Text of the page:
FIRE announces its Speech Code of the Month for June 2013: Bemidji State University in Minnesota.
Bemidji State’s Student Code of Conduct prohibits:
engaging in any offensive, obscene or abusive language, or in boisterous or noisy conduct reasonably tending to arouse alarm, resentment, or anger in others on University-owned or controlled property or at University sponsored or supervised activities.
At the risk of sounding like a broken record, speech and expression cannot be prohibited simply because others find it offensive. In Texas v. Johnson, 491 U.S. 397, 414 (1989), the U.S. Supreme Court held that "[i]f there is a bedrock principle underlying the First Amendment, it is that the government may not prohibit the expression of an idea simply because society finds the idea itself offensive or disagreeable." Notably, the expression protected by the Court in Texas v. Johnson was flag desecration, which certainly seems to fall within the scope of Bemidji State’s policy.
The Supreme Court has also applied this principle directly to the public university campus, writing that "the mere dissemination of ideas—no matter how offensive to good taste—on a state university campus may not be shut off in the name alone of ‘conventions of decency.’" Papish v. Board of Curators of the University of Missouri, 410 U.S. 667, 670 (1973).
Over the years, many other courts have echoed this holding. See, e.g., Saxe v. State College Area School District, 240 F.3d 200, 206 (3d Cir. 2001) (holding that there is "no question that the free speech clause protects a wide variety of speech that listeners may consider deeply offensive…"); Doe v. Michigan, 721 F. Supp. 852, 863 (E.D. Mich. 1989) ("Nor could the University proscribe speech simply because it was found to be offensive, even gravely so, by large numbers of people.").
The policy’s prohibition on conduct "tending to arouse alarm, resentment, or anger in others" is also in direct conflict with a decision of the Supreme Court. In Terminiello v. Chicago, 337 U.S. 1, 4 (1949), the Court held:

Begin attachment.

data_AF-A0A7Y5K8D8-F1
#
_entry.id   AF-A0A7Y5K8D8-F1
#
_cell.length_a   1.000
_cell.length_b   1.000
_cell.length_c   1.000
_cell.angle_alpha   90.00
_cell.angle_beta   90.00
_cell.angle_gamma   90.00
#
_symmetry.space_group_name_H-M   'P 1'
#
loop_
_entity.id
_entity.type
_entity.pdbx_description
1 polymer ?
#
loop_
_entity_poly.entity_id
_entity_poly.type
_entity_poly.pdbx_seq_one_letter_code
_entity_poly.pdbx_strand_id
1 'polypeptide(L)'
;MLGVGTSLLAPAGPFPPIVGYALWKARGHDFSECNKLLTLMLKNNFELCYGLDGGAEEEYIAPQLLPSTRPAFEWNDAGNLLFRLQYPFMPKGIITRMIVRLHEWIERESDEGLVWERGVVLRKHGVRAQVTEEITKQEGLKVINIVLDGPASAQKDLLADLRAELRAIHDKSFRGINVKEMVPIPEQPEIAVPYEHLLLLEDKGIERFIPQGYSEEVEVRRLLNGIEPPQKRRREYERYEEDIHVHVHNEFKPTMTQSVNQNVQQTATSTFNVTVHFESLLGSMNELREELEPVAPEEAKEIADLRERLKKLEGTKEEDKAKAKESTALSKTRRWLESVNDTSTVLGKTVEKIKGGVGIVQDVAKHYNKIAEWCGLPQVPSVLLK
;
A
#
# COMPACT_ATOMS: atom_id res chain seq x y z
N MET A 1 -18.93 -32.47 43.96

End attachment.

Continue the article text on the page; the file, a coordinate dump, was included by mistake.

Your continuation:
Speech is often provocative and challenging. It may strike at prejudices and preconceptions and have profound unsettling effects as it presses for acceptance of an idea. That is why freedom of speech, though not absolute, is nevertheless protected against censorship or punishment, unless shown likely to produce a clear and present danger of a serious substantive evil that rises far above public inconvenience, annoyance, or unrest.
If there is any meaningful difference between Bemidji State’s policy terms of "alarm, resentment, or anger" and Terminiello‘s discussion of "public inconvenience, annoyance, or unrest," it is certainly not clear to this writer.
For a public university required to protect its students’ First Amendment rights, Bemidji State University seems blissfully unaware of what the law requires of it. For this reason, it is our June 2013 Speech Code of the Month.
If you believe that your college’s or university’s policy should be a Speech Code of the Month, please email firstname.lastname@example.org with a link to the policy and a brief description of why you think attention should be drawn to this code. If you are a current college student or faculty member interested in free speech, consider joining FIRE’s Campus Freedom Network, an organization of college faculty members and students dedicated to advancing individual liberties on their campuses. You also can add FIRE’s Speech Code of the Month widget to your blog or website and help shed some much-needed sunlight on these repressive policies.